7 Quick tips for staying healthy on your mission trip
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7 Quick tips for staying healthy on your mission trip

7 Quick tips for staying healthy on your mission tripYou will probably experience a lot of new foods on your international mission trip. Be adventurous and try them all! But be smart and don't get sick. Follow these 7 tips to help keep your body healthy throughout your mission trip. 

1) Don't drink the water

Water in many parts of the world (particularly developing nations) is not cleaned or purified before it comes out of a spigot. This means that the water might be contaminated with bacteria when you go to drink or use it. Locals usually end up boiling the water to clean it before consuming it. For you, this probably means only drinking bottled water during your mission trip. Whether you're staying hydrated or brushing your teeth, stick with bottled water and don't use the tap water.

Tip: Don't forget to keep your mouth closed in the shower. It's fine to bathe with the tap water, but you want to avoid consuming it.

2) Only eat raw fruit and vegetables that have peels

Since tap water in developing nations could be contaminated, eating fruit and vegetables that have been washed off in tap water could be contaminated as well. To avoid accidentally eating contaminated fruit or vegetables, only eat raw fruit and vegetables that have peels. If the peels are intact, you can trust that the fruit or veggie inside is safe to eat.

Tip: You can eat fruit and vegetables that don't have peels as long as they have been cooked. Any bacteria will be killed during the cooking process.

Street food in Argentina3) Eat the spicy stuff

It's been proven that spices kill bacteria (source, source). This means that if you eat spicy foods on your mission trip, you're actually lowering your chance of consuming any stomach-churning bacteria. Depending on where you're going on your mission trip, you may encounter spices like curry, jerk, and berbere (and others).

Be careful though! Some spices aren't for the faint of heart. However, if you can stand the heat, you'll be more likely to stay healthy throughout your mission trip.

4) Bring snacks

This tip is courtesy of Connect Global. Eating food in a new country can take some getting used to. Sometimes our bodies aren't ready for the dramatic shift from our American cuisine to the local diet. Snacks can help with the transition. As Connect Global puts it, you may need to eat "lightly + politely" during meals, and then snack later. Eating small portions and then snacking later will help ease your body into the local cuisine.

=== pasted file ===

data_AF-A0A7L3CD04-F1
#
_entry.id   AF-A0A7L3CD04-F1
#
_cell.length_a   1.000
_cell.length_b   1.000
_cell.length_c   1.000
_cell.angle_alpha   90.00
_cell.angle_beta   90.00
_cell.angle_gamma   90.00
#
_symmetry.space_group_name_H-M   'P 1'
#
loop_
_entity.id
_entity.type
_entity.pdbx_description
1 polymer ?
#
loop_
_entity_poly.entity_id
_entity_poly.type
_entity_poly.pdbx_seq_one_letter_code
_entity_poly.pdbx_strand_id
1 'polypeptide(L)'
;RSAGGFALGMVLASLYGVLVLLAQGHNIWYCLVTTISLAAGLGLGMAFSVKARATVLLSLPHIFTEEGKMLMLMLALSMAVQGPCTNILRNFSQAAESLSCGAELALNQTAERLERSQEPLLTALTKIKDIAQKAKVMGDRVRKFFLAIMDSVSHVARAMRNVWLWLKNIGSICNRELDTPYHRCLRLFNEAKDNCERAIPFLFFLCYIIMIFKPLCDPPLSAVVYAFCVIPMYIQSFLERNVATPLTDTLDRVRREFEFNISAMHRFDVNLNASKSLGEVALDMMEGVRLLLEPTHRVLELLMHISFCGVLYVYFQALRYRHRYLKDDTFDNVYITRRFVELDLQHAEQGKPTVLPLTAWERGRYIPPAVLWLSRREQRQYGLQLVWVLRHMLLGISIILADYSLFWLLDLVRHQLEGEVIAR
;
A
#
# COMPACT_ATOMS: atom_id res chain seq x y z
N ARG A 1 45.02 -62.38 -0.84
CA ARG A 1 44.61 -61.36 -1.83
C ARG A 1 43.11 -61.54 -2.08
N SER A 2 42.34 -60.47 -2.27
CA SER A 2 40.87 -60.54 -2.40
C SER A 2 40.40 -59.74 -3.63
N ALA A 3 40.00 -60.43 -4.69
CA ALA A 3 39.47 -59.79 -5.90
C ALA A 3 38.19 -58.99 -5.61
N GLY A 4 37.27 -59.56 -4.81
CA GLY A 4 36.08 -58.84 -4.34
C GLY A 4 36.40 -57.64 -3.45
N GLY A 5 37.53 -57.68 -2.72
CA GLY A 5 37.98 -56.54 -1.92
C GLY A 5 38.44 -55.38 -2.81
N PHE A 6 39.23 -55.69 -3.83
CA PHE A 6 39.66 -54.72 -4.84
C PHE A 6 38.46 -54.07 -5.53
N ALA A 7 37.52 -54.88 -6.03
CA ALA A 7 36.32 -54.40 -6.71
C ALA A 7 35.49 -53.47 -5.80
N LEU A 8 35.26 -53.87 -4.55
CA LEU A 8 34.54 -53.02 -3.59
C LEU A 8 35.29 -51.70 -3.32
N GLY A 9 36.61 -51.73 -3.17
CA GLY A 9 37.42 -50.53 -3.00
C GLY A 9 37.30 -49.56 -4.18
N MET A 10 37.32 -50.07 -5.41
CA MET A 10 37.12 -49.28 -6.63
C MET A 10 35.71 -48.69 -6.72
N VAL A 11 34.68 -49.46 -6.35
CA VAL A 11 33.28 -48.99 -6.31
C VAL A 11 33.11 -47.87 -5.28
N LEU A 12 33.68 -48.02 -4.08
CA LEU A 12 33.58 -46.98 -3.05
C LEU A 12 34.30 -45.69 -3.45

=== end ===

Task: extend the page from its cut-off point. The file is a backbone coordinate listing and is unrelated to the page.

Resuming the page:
Tip: Bring small snacks that are also filling (think Clif Bars, not chip bags or pretzels).

Quick tips5) Don’t eat if it’s iffy, only if it’s spiffy

When in doubt, avoid the meat. Meat almost always goes bad quicker than fruit or vegetables ever will. If meat is looking iffy, don't eat it. You never know how long it has been sitting out or how it's been butchered and handled before it reaches your mouth. Instead, fill up on fruit and vegetables. In an iffy situation, you'll be more likely to stay healthy by avoiding the meat.

6) Take note of the fly count (and other bugs)

This tip applies mainly to buffet style food, which is common on mission trips. The "fly count" is how many flies are on a particular piece of food before you put it on your plate. The longer a piece of food has been sitting in one place, the more it attracts flies. Not only can flies leave bacteria on the food, but if it's been sitting out long enough to gather flies, you may want to find something else to eat.

7) Go with your gut feeling

Pun intended. When in doubt, trust your instincts on what you choose to eat. While you can never be 100% sure that what you're eating is safe, using wisdom and your "gut feeling" can go a long way in keeping you healthy on your mission trip.

No big deal

Consuming safe food and water is really important on a mission trip. But showing love and kindness to the people serving you is even more important. Do your best to consume only safe things, but don't make a big deal about it. You don't want to hurt the feelings of locals that have spent time and energy preparing food especially for you. Learn more about avoiding the "mission trip snob" mentality here.


Written by CJ